“My mom likes to cook. My dad goes to the zoo. My mom likes to clean. My dad goes to the moon.”
Wait, what? The moon? Something doesn’t feel right here.
After a long day at the office, Rachel Ciomcia was shuffling through some papers sent home from her 5-year-old son Carson’s school. The Star Sight Word stories, created by Simply Kinder, caught her attention when she noticed obvious stereotypes in the “My Mom Likes” and “My Dad Went” series. After sharing images of the books on social media, Ciomcia realized she wasn’t alone in her concerns.
“I feel like almost daily, I’m running into subtle and not-so-subtle narratives about what a woman should be in the community and in the home,” says Ciomcia, who works at the Cleveland Leadership Center as vice president of strategic engagement and director of Cleveland Bridge Builders. “To see it so blatantly in my son’s school work was something I felt like I needed to address, especially since so much of what was in that original Mom story is so the opposite of who I am.”
The Star Sight Word stories are a popular online resource used by many teachers to download bundles of worksheets and activities for their students. Knowing the reach of these resources traveled much further than her son’s classroom, Ciomcia decided to contact the creator and share her thoughts about the content. Twenty minutes later, she received a response.
“She was incredibly open to my feedback and instantly said she would work to craft new versions of those books,” recalls Ciomcia of the author. “She even reached out to me later in the day asking for my opinion on a few of her thoughts about the edits.”
The new, revised versions were completed the next day. Mom isn’t just liking things now – she’s visiting places, just like Dad. Mom goes to the park, the vet, the pool, the carwash. As for Dad, instead of the ambitious, yet highly unlikely, visit to outer space, he’s now going to the dentist. Also important.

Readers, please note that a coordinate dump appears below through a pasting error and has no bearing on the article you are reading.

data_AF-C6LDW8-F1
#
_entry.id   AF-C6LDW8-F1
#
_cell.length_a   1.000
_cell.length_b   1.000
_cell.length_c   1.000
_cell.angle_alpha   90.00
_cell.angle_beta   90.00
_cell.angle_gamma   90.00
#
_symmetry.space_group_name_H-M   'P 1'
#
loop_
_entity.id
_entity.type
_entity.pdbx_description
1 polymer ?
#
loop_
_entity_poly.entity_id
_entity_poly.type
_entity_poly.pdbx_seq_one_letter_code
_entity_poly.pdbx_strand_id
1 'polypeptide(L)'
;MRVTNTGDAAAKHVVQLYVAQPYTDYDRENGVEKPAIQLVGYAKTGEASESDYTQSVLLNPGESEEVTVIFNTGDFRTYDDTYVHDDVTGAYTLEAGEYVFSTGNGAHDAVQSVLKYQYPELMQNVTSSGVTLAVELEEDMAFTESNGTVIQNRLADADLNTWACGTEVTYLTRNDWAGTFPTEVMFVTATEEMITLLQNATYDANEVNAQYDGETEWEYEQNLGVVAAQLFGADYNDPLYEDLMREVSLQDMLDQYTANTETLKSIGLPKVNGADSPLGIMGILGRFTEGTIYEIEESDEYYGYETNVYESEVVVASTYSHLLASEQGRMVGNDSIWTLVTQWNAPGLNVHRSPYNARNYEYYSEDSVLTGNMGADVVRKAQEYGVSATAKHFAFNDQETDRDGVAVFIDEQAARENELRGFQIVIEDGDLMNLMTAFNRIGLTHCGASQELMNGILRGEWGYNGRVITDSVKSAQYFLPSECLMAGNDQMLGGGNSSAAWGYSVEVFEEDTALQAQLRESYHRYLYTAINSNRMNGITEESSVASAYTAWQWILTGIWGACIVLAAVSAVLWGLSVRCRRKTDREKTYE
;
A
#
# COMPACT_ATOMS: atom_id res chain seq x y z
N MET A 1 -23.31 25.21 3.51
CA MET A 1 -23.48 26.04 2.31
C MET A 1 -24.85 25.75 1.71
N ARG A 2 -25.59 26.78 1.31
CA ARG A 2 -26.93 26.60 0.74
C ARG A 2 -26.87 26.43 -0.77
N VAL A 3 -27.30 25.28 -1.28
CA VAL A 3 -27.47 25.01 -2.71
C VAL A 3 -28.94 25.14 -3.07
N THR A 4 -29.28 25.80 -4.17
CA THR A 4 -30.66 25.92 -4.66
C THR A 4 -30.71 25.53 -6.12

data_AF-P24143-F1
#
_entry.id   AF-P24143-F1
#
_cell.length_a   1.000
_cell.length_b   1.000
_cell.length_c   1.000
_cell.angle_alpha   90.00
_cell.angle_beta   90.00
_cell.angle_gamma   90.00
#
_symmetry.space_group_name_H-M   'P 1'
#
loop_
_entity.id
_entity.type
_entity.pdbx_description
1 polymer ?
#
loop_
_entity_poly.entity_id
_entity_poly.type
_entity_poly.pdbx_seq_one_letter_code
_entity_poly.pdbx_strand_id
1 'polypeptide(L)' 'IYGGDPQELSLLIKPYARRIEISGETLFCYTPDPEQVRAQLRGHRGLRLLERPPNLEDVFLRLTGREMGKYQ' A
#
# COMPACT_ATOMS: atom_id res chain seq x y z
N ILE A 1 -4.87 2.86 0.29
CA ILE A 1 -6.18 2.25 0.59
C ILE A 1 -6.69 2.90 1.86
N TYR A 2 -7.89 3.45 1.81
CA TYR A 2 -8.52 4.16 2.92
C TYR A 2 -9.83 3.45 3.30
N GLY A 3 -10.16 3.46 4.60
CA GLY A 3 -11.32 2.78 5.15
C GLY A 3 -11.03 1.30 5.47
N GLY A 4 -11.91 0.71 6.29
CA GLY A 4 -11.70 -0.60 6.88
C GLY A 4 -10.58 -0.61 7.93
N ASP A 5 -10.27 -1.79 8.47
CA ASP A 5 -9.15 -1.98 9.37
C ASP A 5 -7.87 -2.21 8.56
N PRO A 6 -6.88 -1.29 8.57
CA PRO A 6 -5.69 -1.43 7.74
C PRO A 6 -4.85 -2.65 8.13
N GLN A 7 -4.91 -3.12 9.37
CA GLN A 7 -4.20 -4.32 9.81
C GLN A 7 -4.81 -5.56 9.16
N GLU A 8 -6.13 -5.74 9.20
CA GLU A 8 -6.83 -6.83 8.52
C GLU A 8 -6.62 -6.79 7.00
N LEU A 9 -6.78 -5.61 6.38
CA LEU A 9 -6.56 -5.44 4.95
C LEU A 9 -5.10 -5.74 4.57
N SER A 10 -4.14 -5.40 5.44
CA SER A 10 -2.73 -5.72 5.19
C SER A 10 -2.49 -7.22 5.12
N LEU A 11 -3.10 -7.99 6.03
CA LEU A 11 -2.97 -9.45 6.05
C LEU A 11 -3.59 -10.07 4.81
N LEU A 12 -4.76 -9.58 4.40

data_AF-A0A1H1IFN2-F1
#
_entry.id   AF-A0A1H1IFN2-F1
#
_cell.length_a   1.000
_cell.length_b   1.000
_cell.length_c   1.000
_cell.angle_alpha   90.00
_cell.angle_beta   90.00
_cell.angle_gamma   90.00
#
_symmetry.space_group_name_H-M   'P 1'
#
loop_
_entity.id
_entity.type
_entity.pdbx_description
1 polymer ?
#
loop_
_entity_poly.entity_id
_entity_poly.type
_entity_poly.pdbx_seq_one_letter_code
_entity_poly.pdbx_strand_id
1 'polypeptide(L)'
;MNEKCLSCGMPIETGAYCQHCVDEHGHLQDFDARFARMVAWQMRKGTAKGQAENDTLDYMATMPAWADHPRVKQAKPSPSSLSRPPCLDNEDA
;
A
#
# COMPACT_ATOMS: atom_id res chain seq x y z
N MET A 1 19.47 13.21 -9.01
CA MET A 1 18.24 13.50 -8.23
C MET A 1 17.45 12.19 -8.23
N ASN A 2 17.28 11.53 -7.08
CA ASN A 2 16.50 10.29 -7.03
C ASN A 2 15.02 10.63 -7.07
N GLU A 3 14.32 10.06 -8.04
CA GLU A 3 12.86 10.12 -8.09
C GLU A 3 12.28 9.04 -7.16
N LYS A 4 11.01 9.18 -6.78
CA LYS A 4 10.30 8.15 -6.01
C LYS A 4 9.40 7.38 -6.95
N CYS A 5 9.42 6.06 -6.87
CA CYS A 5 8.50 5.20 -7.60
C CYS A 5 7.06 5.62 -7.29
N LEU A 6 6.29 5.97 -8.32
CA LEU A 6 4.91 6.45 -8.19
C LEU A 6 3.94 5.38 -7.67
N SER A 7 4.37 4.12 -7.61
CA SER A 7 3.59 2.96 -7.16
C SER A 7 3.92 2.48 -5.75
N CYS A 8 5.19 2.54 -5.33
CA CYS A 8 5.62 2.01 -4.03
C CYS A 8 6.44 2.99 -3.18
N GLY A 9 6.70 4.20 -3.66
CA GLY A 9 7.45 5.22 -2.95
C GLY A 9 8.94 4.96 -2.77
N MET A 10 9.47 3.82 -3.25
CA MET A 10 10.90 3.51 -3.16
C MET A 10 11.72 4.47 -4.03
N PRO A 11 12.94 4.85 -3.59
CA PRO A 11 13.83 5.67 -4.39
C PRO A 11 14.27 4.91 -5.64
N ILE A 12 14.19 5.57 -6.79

A simple, constructive email exchange – one that led to real change overnight – will now make a subtle yet lasting impact on the way kids view Mom and Dad. Naturally, we want our children to grow up and learn in an environment that teaches equality and fairness, but speaking up to defend those qualities can be intimidating.
“Reaching out and sharing your perspective can raise a point that someone hadn’t previously thought of,” says Ciomcia. “It doesn’t need to be confrontational, and chances are, most people are really interested in learning, growing, and finding better ways to do what they do.”
As parents, we serve as gatekeepers of the mixed messages our children receive about gender on a daily basis. Fortunately for kids like Carson, some parents take the challenge head on to address how society portrays moms and dads, boys and girls.
“It’s a conversation we have often in our house – toys are for everyone, girls and boys do the same things, moms and dads both work,” says Ciomcia. “Carson has [also] come to work with me and been exposed to my work, so it’s something he is fully aware of, and we do activities together that aren’t gendered, so to speak.”
Our children watch, listen, and absorb everything around them. Each day is an opportunity to show them that girls can like trucks, boys can like dolls, and anyone can go to the moon.